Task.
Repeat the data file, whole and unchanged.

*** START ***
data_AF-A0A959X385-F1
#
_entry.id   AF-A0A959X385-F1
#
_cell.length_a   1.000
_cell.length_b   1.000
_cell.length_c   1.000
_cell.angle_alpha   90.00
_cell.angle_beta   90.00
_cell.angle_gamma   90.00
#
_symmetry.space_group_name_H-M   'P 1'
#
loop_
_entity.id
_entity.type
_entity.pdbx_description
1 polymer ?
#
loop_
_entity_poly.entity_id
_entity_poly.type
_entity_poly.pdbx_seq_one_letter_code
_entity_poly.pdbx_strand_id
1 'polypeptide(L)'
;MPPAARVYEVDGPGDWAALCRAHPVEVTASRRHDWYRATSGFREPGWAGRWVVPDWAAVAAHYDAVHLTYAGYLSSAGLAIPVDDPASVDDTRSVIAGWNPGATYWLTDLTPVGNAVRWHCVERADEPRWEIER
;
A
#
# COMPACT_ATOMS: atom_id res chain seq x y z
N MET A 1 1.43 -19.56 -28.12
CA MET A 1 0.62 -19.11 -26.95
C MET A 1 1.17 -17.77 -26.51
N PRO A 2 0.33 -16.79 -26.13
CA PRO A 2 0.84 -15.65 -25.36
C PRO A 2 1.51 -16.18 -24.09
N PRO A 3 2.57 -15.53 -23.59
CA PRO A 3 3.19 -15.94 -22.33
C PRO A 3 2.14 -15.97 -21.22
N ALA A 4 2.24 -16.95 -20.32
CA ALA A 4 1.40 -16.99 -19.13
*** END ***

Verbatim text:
data_AF-A0A959X385-F1
#
_entry.id   AF-A0A959X385-F1
#
_cell.length_a   1.000
_cell.length_b   1.000
_cell.length_c   1.000
_cell.angle_alpha   90.00
_cell.angle_beta   90.00
_cell.angle_gamma   90.00
#
_symmetry.space_group_name_H-M   'P 1'
#
loop_
_entity.id
_entity.type
_entity.pdbx_description
1 polymer ?
#
loop_
_entity_poly.entity_id
_entity_poly.type
_entity_poly.pdbx_seq_one_letter_code
_entity_poly.pdbx_strand_id
1 'polypeptide(L)'
;MPPAARVYEVDGPGDWAALCRAHPVEVTASRRHDWYRATSGFREPGWAGRWVVPDWAAVAAHYDAVHLTYAGYLSSAGLAIPVDDPASVDDTRSVIAGWNPGATYWLTDLTPVGNAVRWHCVERADEPRWEIER
;
A
#
# COMPACT_ATOMS: atom_id res chain seq x y z
N MET A 1 1.43 -19.56 -28.12
CA MET A 1 0.62 -19.11 -26.95
C MET A 1 1.17 -17.77 -26.51
N PRO A 2 0.33 -16.79 -26.13
CA PRO A 2 0.84 -15.65 -25.36
C PRO A 2 1.51 -16.18 -24.09
N PRO A 3 2.57 -15.53 -23.59
CA PRO A 3 3.19 -15.94 -22.33
C PRO A 3 2.14 -15.97 -21.22
N ALA A 4 2.24 -16.95 -20.32
CA ALA A 4 1.40 -16.99 -19.13